The program involves group discussions and film screenings, with more sessions planned.
Ever since Starbucks caught flak for the racist incident in Philadelphia, the company has vowed to change. So far, that change has come in the form of new policies opening up both Starbucks’ bathrooms and seating space to anyone, regardless of whether they make a purchase. But behind it all was the somewhat vague promise of racial sensitivity training set to take place at 8,000 Starbucks locations on the afternoon of May 29.
Now, thanks to new details about the curriculum from Starbucks, we have a slightly better sense of what that training will involve. Developed in part with help from Bryan Stevenson (founder and executive director of the Equal Justice Initiative), Sherrilyn Ifill (president and director-counsel of the NAACP Legal Defense and Education Fund), and Heather McGhee (president of public policy organization Demos), the May 29 session will be broadly centered on an exploration of bias and how to handle it in accordance with the “Third Place Policy” of inclusion that Starbucks wishes to promote.
In addition to small-group discussions and exercises in a provided “tool kit”, the program includes a screening of “You’re Welcome,” a new film by Stanley Nelson that will explore the history of racial discrimination in the United States and how it manifests in our present moment. Rapper Common will be taking a break from promoting Microsoft to serve as a “guide” who will “help folks start exploring their own identities.”
According to Executive Vice President of US Retail Rossann Williams, the day of training isn’t just a one-time effort to put Starbucks’ ugly recent past behind them. “May 29 isn’t a solution, it's a first step,” she said in a company statement. “By educating ourselves on understanding bias and how it affects our lives and the lives of the people we encounter and serve, we renew our commitment to making the third place welcoming and safe for everyone.”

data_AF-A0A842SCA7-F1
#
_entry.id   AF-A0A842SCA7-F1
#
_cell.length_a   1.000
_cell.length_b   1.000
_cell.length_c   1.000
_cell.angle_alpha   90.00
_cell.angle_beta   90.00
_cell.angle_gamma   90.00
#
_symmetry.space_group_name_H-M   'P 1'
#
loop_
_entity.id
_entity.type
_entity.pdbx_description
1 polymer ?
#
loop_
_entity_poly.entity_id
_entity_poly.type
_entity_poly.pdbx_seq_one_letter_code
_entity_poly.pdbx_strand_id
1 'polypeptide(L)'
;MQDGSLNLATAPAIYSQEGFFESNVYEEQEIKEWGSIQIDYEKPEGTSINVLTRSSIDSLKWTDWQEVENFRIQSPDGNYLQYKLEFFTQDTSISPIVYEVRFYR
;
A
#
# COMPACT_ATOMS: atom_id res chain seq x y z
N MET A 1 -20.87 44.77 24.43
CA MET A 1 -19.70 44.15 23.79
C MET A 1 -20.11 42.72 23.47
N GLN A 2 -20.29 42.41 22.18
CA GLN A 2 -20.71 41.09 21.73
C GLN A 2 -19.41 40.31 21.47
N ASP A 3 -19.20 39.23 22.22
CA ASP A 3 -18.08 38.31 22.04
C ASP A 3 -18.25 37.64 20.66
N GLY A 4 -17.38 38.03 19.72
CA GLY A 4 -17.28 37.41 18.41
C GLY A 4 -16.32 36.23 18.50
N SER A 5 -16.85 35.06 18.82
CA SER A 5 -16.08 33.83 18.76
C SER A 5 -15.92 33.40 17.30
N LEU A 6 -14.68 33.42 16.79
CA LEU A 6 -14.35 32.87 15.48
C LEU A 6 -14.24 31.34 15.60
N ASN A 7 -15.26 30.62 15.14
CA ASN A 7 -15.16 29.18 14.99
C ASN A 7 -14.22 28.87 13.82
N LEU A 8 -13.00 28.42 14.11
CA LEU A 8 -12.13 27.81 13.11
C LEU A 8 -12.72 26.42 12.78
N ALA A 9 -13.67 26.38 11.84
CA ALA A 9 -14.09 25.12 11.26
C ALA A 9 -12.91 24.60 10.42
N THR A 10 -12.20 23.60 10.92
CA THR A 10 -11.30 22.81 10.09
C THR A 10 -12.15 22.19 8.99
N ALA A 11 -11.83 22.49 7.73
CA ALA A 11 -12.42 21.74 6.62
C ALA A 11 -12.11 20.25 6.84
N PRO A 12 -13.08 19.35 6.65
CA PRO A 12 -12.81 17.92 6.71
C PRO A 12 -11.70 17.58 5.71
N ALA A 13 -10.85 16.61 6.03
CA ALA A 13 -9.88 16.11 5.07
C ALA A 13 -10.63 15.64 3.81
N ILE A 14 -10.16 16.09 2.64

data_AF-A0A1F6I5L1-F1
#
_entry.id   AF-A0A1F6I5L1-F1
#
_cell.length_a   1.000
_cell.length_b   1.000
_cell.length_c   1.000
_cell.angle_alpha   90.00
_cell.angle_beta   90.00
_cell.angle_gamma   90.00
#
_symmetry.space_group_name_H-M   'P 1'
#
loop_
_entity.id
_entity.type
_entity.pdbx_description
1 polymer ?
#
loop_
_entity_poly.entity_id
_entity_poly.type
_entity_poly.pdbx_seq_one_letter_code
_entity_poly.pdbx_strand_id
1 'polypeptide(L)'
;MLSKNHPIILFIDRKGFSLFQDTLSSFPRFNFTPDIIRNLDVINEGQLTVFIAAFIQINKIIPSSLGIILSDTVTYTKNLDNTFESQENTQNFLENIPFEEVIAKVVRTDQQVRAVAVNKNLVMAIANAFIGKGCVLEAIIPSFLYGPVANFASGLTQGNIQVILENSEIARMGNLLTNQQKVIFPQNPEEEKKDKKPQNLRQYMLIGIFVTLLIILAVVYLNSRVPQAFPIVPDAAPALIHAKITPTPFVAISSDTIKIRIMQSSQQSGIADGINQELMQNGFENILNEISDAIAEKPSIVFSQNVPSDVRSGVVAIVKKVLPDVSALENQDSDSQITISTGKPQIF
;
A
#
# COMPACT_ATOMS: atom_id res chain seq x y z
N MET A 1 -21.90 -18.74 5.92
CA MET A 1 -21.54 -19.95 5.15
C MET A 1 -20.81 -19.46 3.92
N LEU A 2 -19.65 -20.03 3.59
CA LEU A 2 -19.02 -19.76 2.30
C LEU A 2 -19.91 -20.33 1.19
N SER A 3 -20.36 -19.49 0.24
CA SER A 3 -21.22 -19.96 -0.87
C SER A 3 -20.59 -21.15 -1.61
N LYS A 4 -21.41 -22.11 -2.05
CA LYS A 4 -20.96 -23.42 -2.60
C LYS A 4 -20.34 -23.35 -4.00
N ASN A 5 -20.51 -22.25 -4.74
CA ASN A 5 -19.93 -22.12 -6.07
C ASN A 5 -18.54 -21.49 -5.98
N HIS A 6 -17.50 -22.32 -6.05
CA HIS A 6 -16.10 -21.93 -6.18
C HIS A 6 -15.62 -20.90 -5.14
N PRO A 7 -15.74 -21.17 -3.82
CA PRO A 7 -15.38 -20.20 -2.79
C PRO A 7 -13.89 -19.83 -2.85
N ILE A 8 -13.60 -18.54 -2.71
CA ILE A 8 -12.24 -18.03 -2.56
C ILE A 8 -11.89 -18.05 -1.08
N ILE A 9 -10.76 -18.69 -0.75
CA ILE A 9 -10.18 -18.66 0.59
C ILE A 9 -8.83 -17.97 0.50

Today’s announcement didn’t include any details regarding when future trainings will take place or what these subsequent sessions might involve, but Starbuck says their May 29 training materials will be made available to outside organizations and individuals who would like to use them. Additionally, Starbucks’ 7,000 licensed stores (the locations you see in grocery stores, airports, etc.) will not be closed that day, but will have the option to institute the training program at a later date.
Clearly, Starbucks isn’t the only organization (let alone individual) in need of exploring how it relates to and handles issues of race. And though it’s easy to dismiss such a public-facing exercise as a cynical attempt at damage control, there’s no shame in hoping these efforts do end up making one small part of the world a little more welcoming to marginalized communities in these trying times.